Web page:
Coping with Incoming Election Results

Bridgewater College Tackles Tension of Election Week Through Programming


Joshua Whittington

Student Life helps students decompress from election tension with coloring, popping bubble wrap and getting some fresh air.

Jalissa White-Jones, Staff Writer

Bridgewater, Va. – The nation continues to wait for results of the presidential election between former Vice President Joe Biden and current President Donald Trump. 

In preparation, Bridgewater College planned various events to help ease possible tension from the election among students, staff and faculty.

On Tuesday Nov 3, on the official election night at 5 p.m., Student Life hosted “What to Expect When You Are Electing,” a discussion on how to prepare for the election and what is to come after the election.

The discussion panel consisted of Associate Professor History & Political Science Bobbi  Gentry, Professor of Sociology Mwizenge Tembo, Associate Dean of Students & Psychologist Neal Rittenhouse. 

Director of the Center for Engaged Learning and Professor of Political Science Jamie Frueh moderated the event.

Gentry began the discussion by explaining that this election is not like any other and the amount of early voting is “simply unheard of.” 

Tembo shared words of advice to Bridgewater College students to help deal with public disappointment. “We are often more scared of our reaction than the actual results,” said Tembo. 

“Don’t talk about it, and don’t start some argument. Pain heals with time, and it will not last long,” said Tembo.“You should not be afraid of your friends. Don’t talk about politics, instead go hangout with friends and have fun.”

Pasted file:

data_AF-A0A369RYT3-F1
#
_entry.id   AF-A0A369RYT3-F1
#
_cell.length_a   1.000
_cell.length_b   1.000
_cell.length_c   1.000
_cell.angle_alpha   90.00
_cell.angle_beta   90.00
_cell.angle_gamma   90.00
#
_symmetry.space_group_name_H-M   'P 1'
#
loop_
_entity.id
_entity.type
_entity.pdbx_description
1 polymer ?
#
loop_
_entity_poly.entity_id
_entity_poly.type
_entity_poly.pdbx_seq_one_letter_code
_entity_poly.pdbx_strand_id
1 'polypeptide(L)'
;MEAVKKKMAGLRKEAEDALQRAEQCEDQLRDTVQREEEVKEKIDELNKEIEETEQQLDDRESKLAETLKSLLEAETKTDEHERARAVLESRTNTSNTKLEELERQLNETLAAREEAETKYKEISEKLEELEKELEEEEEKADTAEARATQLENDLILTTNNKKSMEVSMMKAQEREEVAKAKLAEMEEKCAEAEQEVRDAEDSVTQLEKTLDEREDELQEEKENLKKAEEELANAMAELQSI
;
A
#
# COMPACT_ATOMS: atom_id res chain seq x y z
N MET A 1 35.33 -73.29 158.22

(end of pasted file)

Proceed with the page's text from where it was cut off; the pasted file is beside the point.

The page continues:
Rittenhouse agreed with his fellow panelists that this presidential election will cause many people to have disagreements, but this is a normal occurrence. 

“This will cause emotions to run high,” said Rittenhouse. “You’re supposed to step on people’s toes, and bump heads.” 

Rittenhouse explained that difficult conversations about politics help people to look at the scenarios from different points of view and it is okay to have different opinions. “You’re supposed to disagree,” said Rittenhouse. 

Rittenhouse encouraged BC students to “be curious, and to invite your friends to be curious on why you feel the way you do.” He expressed that people should take time to decide what they are really upset about when the election is over.

Rittenhouse reminded BC Students that four years can be a long time, or a short time, but “it will not be forever,” and students should “remember to be kind to one another” as the election draws to a close.

Tembo reminded students, faculty and staff that if there is a delay in the delivering of the results “it’s not corruption.” This issue of corruption has been fueled by recent reports of President Donald Trump claiming mail-in voting is fraudulous. 

Towards the end of the discussion panel, Frueh stated that a “liberal arts education is supposed to help diffuse these feelings we may have.”

On Nov. 4, students were able to participate in election decompression on the campus mall. Students indulged in self care activities including snacks and fire pits. Conversations on the results of the election were highly encouraged.

Director of Student Wellness Shannon Pope encouraged students to participate in this week’s events. Though it can be a stressful event, Pope reminds students that they are not alone.

 “We understand that this is a difficult time in our country and we want to help our students process things that are happening. We are all feeling tired and stressed. We need to move forward as a community after the election results are finalized,” said Pope.